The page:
The Lincoln Plawg - the blog with footnotes
Saturday, May 08, 2004
Rumsfeld agrees no photo, no story
I discussed yesterday this troubling feature of news: the idea that photographs are not merely useful in selling a story, but that media and politicians will not accept that there is a story without them.
Reluctantly, I skim through the tedious transcript of Rumsfeld and Co's appearance before the Senate Armed Services Committee. Senators are miffed at the fact - if it is one - that they had to find out about the scandal on TV .
Susan Collins asks him whether, instead of the January 16 Centcom press release - as discussed yesterday -
...it [would] have made a difference if it had been the Pentagon itself that had disclosed the full extent of this abuse...
Rumsfeld replies (emphasis mine):
The Department of Defense announced that their abuse was being charged, there were criminal investigations under way. No one had seen the photographs.
That this is no aberrant reading by an eccentric operator is corroborated by another snippet.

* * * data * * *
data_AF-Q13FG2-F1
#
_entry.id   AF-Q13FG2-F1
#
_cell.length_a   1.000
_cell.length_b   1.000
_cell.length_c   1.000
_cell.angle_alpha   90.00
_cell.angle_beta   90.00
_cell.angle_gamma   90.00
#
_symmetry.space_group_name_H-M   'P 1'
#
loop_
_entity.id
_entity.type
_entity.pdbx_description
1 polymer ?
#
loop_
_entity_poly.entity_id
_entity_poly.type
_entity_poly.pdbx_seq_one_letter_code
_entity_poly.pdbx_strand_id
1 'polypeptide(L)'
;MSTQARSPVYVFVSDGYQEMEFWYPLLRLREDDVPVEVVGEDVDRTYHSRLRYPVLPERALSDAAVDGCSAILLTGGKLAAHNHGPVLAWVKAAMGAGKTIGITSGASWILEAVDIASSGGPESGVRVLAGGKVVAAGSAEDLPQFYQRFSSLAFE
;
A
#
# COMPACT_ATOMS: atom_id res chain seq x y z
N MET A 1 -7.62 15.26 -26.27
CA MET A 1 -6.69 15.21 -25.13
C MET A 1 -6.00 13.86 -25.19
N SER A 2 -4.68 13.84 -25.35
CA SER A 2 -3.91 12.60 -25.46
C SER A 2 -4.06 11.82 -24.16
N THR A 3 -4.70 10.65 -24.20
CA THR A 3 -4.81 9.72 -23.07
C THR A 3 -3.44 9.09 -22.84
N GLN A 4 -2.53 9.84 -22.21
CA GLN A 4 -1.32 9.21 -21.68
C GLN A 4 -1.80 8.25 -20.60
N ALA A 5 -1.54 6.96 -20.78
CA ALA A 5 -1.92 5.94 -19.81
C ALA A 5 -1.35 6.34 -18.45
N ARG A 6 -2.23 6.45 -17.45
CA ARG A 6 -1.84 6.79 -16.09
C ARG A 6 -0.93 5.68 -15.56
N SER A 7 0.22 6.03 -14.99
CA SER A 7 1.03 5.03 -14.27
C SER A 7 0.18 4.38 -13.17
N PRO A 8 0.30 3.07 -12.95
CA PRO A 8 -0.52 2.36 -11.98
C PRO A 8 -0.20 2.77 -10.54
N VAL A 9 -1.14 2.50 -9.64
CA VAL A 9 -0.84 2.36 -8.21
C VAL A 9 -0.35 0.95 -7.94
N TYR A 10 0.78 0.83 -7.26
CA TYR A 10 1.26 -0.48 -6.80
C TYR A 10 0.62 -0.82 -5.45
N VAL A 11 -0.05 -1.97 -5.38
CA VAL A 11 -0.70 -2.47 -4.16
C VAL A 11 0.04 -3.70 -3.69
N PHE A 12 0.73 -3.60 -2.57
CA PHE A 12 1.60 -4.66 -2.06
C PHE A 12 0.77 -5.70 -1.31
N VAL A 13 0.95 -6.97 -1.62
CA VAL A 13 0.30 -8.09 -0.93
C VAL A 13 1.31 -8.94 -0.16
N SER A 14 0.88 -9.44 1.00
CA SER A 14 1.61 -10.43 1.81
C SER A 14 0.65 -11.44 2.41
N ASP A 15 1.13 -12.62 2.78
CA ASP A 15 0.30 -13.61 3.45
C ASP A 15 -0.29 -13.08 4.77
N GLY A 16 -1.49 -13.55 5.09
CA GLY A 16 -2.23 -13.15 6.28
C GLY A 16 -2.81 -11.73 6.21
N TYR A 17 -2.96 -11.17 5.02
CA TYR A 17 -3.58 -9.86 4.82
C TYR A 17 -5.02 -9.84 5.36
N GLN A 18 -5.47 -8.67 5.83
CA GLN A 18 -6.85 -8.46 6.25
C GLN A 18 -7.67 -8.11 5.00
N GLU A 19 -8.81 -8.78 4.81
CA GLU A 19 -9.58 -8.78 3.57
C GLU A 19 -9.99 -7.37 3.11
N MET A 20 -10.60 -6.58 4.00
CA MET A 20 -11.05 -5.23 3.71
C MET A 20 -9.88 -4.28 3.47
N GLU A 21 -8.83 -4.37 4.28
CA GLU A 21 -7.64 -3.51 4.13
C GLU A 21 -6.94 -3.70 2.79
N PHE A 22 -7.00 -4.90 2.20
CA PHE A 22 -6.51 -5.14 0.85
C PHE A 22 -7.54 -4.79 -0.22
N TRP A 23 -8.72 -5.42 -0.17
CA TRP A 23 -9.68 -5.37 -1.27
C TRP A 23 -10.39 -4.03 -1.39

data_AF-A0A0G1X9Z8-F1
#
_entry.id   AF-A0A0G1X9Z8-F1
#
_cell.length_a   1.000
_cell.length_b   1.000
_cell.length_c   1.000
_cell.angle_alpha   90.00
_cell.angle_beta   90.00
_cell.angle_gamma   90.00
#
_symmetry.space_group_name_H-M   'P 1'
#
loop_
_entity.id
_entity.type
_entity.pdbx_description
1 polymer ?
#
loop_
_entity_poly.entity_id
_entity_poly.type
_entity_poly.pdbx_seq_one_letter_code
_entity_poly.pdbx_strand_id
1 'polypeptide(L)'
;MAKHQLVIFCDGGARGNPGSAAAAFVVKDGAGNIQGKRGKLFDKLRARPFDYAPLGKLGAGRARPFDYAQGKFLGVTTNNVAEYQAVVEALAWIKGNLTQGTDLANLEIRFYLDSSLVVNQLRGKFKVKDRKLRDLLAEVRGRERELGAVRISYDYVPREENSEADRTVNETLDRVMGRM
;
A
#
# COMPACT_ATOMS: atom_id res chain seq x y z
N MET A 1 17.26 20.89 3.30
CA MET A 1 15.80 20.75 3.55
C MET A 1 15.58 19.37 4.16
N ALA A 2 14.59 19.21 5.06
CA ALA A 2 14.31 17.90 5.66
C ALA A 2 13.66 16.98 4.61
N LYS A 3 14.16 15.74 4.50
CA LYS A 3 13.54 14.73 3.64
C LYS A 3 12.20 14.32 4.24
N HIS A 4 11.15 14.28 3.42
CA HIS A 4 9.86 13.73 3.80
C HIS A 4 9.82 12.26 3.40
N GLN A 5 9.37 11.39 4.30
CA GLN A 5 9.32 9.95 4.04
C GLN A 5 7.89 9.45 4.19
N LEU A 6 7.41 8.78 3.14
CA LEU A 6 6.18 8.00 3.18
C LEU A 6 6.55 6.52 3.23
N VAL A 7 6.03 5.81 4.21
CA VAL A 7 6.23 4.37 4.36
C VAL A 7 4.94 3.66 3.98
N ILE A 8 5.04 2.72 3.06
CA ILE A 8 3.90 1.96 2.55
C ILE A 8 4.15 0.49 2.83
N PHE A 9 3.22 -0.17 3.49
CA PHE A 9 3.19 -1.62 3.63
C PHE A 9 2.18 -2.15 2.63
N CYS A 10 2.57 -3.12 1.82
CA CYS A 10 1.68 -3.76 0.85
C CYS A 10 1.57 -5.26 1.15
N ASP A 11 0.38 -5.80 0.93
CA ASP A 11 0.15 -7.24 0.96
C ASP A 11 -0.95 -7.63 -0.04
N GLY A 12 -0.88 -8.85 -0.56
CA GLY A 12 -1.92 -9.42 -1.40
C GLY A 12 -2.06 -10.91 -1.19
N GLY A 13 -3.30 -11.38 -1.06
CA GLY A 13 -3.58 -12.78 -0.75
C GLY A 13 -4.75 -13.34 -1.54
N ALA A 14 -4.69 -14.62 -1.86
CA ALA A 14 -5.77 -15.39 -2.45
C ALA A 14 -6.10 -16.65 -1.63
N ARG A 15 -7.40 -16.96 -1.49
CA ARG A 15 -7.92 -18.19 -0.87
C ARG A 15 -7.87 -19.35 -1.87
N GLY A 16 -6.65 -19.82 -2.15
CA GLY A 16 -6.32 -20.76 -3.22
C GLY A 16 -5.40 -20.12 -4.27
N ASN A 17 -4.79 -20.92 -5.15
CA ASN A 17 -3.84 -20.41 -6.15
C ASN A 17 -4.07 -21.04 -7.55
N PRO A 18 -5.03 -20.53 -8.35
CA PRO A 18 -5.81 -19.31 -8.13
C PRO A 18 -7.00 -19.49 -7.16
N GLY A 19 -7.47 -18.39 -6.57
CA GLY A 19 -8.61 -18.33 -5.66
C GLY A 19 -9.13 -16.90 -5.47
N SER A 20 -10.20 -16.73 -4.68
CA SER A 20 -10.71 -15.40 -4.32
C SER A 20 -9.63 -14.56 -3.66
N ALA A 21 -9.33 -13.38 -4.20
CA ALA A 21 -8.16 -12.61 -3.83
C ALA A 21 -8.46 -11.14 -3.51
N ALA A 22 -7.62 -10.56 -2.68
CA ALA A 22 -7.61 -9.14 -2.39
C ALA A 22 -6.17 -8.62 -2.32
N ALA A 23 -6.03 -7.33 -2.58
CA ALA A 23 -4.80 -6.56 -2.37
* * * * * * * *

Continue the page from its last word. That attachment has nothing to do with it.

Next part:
Kevin Drum points to a suggested source for the Abu Ghraib photos: Ivan Frederick and William Lawson, respectively the father and uncle-by-marriage of one of the six accused (NY Times May 8).
The Times piece has this:
The irony, Mr. Lawson said, is that the public spectacle might have been avoided if the military and the federal government had been responsive to his claims that his nephew was simply following orders. Mr. Lawson said he sent letters to 17 members of Congress about the case earlier this year, with virtually no response...
If this is true, we have from both the executive and legislative branches endorsement of the no photo, no story principle.
Do I believe this? Or do we have a whole wagon-load of naked Emperors each complimenting the other on the magnificence of his attire?
Quick question: when Rudy Giuliani was told about Abner Louima, did he say he wasn't interested unless they showed him a photo of the toilet plunger in situ?
Somehow, I think not...
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